A study released in late February by CUPA-HR, an organization serving human-resources personnel at public and private universities, indicates that such walking on political eggshells is the predominant modus operandi of university administrators, who face tough mandates to slash their budgets but hesitate to be seen as labor-unfriendly or hostile to their employees. The CUPA-HR survey (whose full text is available online only to CUPA-HR members), reported that hiring and wage freezes (along with, in the case of non-teaching staff, reductions in overtime) are, by significant margins, universities’ weapon of choice in fighting the constraints of reduced budgets this year. Only 8.5 percent are laying off or plan to lay off professors or top administrators, and only 9.2 percent are laying off or plan to lay off other full-time staffers. By contrast, hiring freezes and delayed hiring account for from 35 to 45 percent of CUPA-HR’s budget-cutting strategies with respect to both professors and other staff. Some 26.6 percent of member universities will institute wage freezes for professors and 26.9 percent will freeze wages for other staff.
That sort of tactful cost-cutting, which generally avoids making tough decisions about firing people outright or eliminating programs, is all well and good as far as it goes, but at least some university administrators concede that eventually some of the cuts will be painful (as they were for Dartmouth, which recently laid off 60 staff members, gave reduced hours to 28 more, and gave early retirement to another 70 volunteers). Brown, for example, has already taken gingerly steps in the direction of deeper, targeted cuts; on March 1 Brown announced it had reorganized and shrunk its campus life and student services operations, eliminating some top-level positions, the Brown Daily Herald reported . Critics have singled out campus life as a glaring example of administrative bloat that runs up tuition and sucks money from academics on many college campuses. The Daily Herald reported that Brown plans further reorganizations and possible layoffs in the near future as it attempts to balance its budget by 2014.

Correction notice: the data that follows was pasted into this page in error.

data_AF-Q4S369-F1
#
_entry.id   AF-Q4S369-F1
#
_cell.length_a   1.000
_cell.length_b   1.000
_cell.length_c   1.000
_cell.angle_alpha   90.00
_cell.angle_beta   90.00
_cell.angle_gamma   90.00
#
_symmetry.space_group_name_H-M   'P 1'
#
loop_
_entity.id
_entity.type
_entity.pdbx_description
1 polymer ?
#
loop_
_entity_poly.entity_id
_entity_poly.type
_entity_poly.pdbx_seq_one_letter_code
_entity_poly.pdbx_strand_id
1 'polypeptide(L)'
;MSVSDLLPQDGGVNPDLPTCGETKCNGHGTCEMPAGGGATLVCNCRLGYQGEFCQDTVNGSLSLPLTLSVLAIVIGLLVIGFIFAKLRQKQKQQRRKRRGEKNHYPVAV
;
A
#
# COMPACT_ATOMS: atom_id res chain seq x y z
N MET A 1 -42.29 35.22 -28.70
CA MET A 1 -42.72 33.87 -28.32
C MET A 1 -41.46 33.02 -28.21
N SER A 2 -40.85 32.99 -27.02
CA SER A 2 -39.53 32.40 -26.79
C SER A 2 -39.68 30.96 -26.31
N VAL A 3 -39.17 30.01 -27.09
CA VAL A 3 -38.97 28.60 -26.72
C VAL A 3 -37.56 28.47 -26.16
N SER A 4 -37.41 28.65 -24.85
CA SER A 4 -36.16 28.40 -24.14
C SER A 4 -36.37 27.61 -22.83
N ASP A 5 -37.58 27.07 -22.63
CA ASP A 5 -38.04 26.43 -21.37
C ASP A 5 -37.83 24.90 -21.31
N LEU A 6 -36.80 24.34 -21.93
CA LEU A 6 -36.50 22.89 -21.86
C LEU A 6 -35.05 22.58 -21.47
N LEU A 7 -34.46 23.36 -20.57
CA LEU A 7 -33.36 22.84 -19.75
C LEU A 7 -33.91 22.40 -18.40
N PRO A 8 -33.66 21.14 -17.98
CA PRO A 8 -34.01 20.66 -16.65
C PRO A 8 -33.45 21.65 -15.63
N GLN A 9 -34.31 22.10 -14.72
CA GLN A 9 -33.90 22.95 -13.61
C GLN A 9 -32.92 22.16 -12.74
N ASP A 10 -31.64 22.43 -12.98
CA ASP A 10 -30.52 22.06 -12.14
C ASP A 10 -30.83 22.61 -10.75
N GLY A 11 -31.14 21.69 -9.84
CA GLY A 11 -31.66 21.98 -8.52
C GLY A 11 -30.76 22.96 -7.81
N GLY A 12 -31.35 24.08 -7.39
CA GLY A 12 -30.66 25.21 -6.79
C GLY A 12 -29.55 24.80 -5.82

Eventually such moves are bound to generate the kind of political flak among students and activists that UC-Berkeley is currently enduring for reducing its ballet offerings and Harvard for cutting back on office-cleanings at its medical school. Many university administrators are accustomed to capitulating at the slightest hint of student protest. In May 2007, for example, eleven Harvard students launched a hunger strike to protest wage levels at a company that supplied Harvard with security guards. Nine days later, long before any of the striking Harvardians was in immediate danger of starving to death, the university threw in the towel and agreed to allow an independent review of the guards’ wage demands. This time around, however, the stakes, in terms of recession-prompted budget cuts crucial to survival, are much higher for Harvard and nearly every other university in America. It’s time for some of those administrators to steel themselves for hard, unpleasant, and unpopular choices.